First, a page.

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Saturday, November 21, 2020

Force in Focus: The Mandalorian Season 2x04

"The Siege"

Plot
The Mandalorian decides his ship needs further repairs, and decides to return to Nevarro. On Nevarro, Cara Dune flushes a group of Aqualish raiding the old Mandalorian culvert. Shortly thereafter, the Mandalorian arrives, reuniting with Cara as well as Greef Carga. Greef offers to repair the Razor Crest in exchange for the Mandalorian's help destroying an old Imperial base on the planet, the last thing standing in the way of true independence for the planet. Leaving the child in the care of a protocol droid school teacher, the Mandalorian sets out with Cara, Greef and Greef's associate Mythrol, to the base. They plan to use the volcano generating power for the base to destroy it, but after initiating that process, they realize the base is actually a front for the cloning operations that had been targeting the child, run by Moff Gideon. The Mandalorian blasts off to retrieve the child while the other three fight their way out of the base before it explodes. They commander a Marauder troop transport but a squad of Scout Troopers followed by a trio of TIE fighters set out after them. Manning the guns, Greef is able to destroy one of the TIEs, but the guns are damaged in the process. Just then, the Mandalorian sweeps in aboard the newly repaired Razor Crest and destroys the rest of the TIEs, then departs. Later, Cara meets with New Republic Captain Teva, who tells her something nefarious is happening in the Outer Rim, while Moff Gideon receives word from a spy on Nevarro, one of the mechanics who repaired the Razor Crest, that the tracking device has been successfully installed, along with confirmation that the Mandalorian still travels with the child.  

Firsts and Other Notables
This episode brings back Greef Carga and Cara Dune, who team-up with the Mandalorian to infiltrate & destroy an Imperial base on Nevarro, which turns out to be a front for some kind of cloning/genetics lab. The failed clones (and/or artificially-generated beings) spotted briefly in a series of tanks inside the base have a vague resemblance to Snoke, the presumed leader of the First Order in most of the Sequel Trilogy who was revealed in Rise of Skywalker to be, essentially, a meat puppet of a revived Emperor Palpatine. It's possible the work being done in this facility is meant to lead into the processes used to develop Snoke and/or revive the Emperor (in an aural nod to this idea, a little bit of the musical theme used for Snoke in The Last Jedi can be heard when the cloning tanks are discovered).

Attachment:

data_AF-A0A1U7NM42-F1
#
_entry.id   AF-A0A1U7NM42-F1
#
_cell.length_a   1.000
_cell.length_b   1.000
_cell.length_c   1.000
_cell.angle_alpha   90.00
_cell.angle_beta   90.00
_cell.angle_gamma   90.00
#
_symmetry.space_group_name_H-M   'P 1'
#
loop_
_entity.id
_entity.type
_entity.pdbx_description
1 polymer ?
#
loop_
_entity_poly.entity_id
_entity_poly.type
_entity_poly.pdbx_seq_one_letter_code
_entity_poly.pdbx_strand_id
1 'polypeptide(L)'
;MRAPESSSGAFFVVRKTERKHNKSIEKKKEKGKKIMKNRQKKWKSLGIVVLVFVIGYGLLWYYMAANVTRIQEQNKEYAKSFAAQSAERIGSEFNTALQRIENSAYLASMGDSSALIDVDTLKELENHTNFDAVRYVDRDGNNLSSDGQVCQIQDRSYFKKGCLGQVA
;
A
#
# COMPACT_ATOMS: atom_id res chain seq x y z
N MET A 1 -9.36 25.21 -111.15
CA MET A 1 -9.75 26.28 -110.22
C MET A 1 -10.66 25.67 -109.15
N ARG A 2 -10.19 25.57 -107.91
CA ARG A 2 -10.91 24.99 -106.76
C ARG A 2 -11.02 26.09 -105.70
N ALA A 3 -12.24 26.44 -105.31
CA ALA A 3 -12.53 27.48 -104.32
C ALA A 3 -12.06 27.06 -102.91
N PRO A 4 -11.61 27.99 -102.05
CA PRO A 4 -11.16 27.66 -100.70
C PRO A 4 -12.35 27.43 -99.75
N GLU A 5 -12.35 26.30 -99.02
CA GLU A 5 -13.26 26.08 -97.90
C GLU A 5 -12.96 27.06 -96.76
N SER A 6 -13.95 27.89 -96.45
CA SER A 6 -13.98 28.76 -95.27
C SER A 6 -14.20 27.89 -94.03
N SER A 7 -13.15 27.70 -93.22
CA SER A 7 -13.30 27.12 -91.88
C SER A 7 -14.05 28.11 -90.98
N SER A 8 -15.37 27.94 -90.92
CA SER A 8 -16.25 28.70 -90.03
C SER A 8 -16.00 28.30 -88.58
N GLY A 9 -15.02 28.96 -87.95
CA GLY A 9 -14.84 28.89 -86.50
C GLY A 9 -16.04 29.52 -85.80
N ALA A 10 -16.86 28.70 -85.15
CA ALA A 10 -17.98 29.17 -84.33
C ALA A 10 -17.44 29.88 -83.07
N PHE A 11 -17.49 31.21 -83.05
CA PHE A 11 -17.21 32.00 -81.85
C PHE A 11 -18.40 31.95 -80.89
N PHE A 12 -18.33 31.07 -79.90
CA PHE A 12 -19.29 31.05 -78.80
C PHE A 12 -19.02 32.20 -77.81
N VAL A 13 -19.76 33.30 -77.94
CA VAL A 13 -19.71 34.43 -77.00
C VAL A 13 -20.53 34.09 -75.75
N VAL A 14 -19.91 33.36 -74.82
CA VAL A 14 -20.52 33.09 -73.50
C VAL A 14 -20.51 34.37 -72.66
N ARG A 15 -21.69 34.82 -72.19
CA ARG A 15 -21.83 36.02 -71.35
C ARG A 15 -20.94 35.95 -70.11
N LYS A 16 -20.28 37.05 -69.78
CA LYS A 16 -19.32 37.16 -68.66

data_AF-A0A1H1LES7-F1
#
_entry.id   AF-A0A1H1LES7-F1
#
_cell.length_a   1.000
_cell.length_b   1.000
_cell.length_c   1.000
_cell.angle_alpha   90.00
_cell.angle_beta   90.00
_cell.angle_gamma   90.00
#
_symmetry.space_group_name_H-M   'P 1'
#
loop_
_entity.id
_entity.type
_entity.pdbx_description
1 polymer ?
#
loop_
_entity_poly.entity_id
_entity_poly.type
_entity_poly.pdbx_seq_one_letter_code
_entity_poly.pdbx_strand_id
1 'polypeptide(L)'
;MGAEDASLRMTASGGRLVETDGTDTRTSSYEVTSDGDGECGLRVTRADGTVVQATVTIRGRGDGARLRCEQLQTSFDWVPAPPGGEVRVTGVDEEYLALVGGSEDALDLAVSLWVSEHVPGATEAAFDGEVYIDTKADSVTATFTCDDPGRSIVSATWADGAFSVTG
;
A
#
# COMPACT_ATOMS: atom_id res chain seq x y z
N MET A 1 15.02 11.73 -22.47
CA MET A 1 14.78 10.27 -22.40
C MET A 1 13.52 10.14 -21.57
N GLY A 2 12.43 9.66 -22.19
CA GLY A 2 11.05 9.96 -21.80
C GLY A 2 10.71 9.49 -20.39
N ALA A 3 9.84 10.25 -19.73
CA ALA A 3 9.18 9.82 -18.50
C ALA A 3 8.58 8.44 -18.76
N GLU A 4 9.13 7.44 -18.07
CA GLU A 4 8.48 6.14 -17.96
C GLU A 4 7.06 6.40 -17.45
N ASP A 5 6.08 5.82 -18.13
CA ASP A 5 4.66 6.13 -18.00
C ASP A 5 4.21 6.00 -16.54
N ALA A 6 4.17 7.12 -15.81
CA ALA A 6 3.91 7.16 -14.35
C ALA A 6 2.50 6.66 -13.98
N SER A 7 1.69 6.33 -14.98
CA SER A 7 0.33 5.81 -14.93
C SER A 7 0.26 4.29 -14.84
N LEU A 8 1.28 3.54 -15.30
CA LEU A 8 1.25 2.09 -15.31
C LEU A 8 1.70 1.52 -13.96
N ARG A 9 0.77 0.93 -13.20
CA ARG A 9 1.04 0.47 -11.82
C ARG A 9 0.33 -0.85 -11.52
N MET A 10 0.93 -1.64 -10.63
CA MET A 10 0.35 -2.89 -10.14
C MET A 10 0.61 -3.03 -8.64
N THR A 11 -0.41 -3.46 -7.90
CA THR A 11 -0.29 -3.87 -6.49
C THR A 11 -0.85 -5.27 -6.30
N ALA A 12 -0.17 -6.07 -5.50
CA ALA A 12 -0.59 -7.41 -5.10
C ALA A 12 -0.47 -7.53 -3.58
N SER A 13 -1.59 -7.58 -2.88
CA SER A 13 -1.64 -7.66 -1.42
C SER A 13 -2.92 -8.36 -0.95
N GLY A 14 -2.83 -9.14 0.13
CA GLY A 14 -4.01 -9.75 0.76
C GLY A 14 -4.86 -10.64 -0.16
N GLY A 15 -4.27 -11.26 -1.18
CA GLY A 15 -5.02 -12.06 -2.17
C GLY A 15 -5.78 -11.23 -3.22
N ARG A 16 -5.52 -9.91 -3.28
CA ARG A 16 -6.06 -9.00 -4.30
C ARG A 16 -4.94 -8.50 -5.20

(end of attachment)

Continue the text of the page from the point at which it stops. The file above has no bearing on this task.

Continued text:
Additionally, at the end of the episode, Captain Teva (one of the New Republic pilots who bailed out the Mandalorian in episode two and, presumably, has followed him to Nevarro) mentions to Cara Dune that he believes something sinister is happening in the Outer Rim, with recent events suggesting some kind of coordinated maneuvers, something he is having trouble convincing others in the New Republic to believe. That is all, presumably, references to whatever Gideon is doing (which may or not may not be early machinations that will lead to Snoke/the First Order), but, coincidentally or not, it also sounds very similar to things said by characters like Princess Leia and Poe Dameron in various stories set after this show but before the First Order's emergence in The Force Awakens